© 2014 Shmoop University, Inc. All rights reserved.
 

Analysis

Literary Devices in The Idiot

Symbolism, Imagery, Allegory

Setting

Switzerland/Petersburg/PavlovskWe listed all of the geographical locations that are in the novel for a reason: we're not sure we can tell the difference between any of them. Sure, there are some pr...

Narrator Point of View

Unlike pretty much every other aspect of this novel, the narrator of The Idiot is pretty straight up and simple. It's the standard 19th century voice-of-reason style of drifting in and out of the h...

Genre

We'd be hard pressed to call this anything other than a straight-up tragedy, right, folks? The extremely depressing ending is really pretty littered with bodies, both literally and figuratively spe...

Tone

Say your signature writing move is hysteria. Just full-on, insane in the membrane, screaming matches between characters who in an ideal world would have iron-clad restraining orders out against eac...

Writing Style

There are many things Dostoevsky is good at. But you know what is pretty much universally acknowledged? Dude is no kind of prose stylist. On the one hand you've got your Chekhovs, your Dickenses, y...

What's Up With the Title?

Sure, it kind of seems straight-forward at first, but Shmoop's here to tell you that actually there are a couple of things to notice about this title. First off, it's got a double-entendre in there...

What's Up With the Ending?

We've spent a whole bunch of time discussing the idea that Myshkin is basically supposed to be Jesus, minus the supernatural and divine parts—you know, a walking, talking, perfect human being. An...

Tough-o-Meter

You know what? This book is actually not that tough to read. Tough to process or characterize? Well, sure, probably. But reading and understanding it at the basic plot level is pretty straightforwa...

Plot Analysis

There's a new guy in townPrince Lev Myshkin comes to Petersburg. He has spent most of his life in a near-catatonic state and so has no idea of proper manners or society. Instead he is a purely good...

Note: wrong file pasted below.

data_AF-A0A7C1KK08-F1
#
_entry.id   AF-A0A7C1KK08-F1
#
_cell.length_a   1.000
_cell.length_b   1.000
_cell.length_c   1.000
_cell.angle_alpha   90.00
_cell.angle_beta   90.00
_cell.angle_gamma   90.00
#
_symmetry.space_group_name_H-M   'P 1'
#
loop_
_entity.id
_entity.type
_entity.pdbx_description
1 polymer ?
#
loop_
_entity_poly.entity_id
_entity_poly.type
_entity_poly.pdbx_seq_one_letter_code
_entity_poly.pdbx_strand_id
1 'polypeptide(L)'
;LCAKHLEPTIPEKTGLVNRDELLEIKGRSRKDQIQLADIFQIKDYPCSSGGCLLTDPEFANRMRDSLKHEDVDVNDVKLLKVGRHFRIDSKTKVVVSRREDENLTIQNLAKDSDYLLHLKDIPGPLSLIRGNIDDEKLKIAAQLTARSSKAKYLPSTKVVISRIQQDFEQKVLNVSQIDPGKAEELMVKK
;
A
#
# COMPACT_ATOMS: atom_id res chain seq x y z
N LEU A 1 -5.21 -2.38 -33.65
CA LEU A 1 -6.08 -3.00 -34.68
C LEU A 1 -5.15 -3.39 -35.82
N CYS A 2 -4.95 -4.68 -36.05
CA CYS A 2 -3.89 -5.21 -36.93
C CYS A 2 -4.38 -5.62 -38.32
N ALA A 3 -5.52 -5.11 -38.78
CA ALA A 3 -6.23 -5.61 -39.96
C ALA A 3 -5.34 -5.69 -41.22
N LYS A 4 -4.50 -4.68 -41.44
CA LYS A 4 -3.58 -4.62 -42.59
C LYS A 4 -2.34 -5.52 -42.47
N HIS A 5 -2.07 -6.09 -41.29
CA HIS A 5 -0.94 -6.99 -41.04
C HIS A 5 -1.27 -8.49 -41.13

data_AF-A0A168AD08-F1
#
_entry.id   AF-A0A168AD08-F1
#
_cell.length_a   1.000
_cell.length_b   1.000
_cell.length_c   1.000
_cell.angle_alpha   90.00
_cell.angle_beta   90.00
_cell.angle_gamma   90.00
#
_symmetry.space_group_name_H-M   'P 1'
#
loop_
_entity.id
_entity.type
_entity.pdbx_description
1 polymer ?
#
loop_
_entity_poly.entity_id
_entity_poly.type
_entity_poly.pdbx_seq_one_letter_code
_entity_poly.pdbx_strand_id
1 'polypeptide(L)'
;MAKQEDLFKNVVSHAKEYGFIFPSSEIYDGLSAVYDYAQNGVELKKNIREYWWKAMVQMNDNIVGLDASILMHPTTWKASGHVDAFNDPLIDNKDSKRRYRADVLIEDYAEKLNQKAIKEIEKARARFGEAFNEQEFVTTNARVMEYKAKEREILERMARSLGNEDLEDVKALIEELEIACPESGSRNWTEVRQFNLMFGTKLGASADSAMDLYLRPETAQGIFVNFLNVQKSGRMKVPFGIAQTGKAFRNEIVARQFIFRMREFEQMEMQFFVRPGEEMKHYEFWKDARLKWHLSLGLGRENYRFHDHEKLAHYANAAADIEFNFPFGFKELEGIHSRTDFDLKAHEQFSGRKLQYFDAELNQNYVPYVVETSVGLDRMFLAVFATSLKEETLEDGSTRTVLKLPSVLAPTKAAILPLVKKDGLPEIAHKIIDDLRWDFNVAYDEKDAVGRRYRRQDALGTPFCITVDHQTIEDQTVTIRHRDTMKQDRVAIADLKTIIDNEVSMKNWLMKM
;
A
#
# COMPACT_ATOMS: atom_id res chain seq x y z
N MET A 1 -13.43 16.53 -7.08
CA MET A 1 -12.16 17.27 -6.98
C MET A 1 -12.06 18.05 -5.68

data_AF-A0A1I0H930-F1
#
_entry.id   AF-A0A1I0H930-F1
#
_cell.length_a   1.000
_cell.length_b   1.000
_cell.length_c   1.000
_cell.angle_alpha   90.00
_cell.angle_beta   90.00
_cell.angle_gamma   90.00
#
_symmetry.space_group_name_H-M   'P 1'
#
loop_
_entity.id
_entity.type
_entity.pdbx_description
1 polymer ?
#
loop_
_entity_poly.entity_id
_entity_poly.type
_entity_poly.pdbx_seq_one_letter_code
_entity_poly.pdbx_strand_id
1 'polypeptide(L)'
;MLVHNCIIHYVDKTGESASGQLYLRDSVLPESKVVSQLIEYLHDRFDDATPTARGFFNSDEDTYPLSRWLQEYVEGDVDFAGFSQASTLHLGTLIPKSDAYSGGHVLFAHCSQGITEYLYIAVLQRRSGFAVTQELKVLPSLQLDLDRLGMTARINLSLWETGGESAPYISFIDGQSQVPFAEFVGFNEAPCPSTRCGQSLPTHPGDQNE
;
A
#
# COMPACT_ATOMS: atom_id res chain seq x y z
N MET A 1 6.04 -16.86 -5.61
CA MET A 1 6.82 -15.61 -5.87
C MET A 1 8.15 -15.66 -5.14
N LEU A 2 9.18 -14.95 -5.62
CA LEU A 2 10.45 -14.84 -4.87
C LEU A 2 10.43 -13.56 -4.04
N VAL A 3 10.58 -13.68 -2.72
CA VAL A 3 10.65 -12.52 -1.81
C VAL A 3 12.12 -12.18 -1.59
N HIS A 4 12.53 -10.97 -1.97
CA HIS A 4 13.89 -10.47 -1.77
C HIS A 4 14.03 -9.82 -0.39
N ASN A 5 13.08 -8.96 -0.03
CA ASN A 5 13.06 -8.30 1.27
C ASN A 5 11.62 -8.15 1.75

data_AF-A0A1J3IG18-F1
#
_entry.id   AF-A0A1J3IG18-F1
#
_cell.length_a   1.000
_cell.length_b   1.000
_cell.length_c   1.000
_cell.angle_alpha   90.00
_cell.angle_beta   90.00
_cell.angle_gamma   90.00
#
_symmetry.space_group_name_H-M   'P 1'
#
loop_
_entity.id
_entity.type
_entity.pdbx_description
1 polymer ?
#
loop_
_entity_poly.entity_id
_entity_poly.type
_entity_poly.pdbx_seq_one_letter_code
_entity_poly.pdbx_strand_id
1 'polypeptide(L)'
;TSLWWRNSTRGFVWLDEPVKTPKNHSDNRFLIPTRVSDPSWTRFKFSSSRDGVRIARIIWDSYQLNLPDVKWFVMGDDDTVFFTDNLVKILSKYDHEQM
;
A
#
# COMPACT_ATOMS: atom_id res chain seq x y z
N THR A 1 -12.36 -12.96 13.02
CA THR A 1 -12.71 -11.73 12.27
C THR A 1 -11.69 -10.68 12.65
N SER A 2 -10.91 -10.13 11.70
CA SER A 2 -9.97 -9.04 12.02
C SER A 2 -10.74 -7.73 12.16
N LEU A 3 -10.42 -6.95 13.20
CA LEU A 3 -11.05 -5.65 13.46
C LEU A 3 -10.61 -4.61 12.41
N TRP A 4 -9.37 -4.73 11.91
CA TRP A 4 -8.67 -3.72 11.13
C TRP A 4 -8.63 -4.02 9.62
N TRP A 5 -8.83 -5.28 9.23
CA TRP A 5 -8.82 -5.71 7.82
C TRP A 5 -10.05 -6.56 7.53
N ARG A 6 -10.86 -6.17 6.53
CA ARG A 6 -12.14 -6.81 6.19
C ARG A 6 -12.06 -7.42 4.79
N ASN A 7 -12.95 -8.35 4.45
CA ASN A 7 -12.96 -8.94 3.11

Booker's Seven Basic Plots Analysis

Anticipation StagePrince Myshkin arrives in Petersburg to find whatever family or connections he may still have in Russia. Immediately he stumbles on the sad story of the very beautiful Nastasya Ph...

Three-Act Plot Analysis

Prince Myshkin comes to Petersburg and stumbles into Rogozhin, and the Ivolgin and Epanchin families. They are all trying to figure out what to do with Nastasya Philipovna, a beautiful woman withou...

Trivia

Dostoevsky's dad was murdered by his own serfs! And dudes, serfs were usually horribly abused by their owners, so think about how incredibly awful that guy must have been for them to kill him by—...

Steaminess Rating

All the sex that the novel mentions has either already happened or will happen sometime in the future, so for all the frank talk about mistresses and passionate feelings, there aren't actually any...

Allusions

Nikolai Karamzin, History of the Russian State Nikolai Karamzin, Letters of a Russian Traveler Russian Orthodox Spiritual Literature ("Menaions")Alexander Pushkin, "On Arakcheev" Alexander Pushkin,...
Advertisement
Advertisement
back to top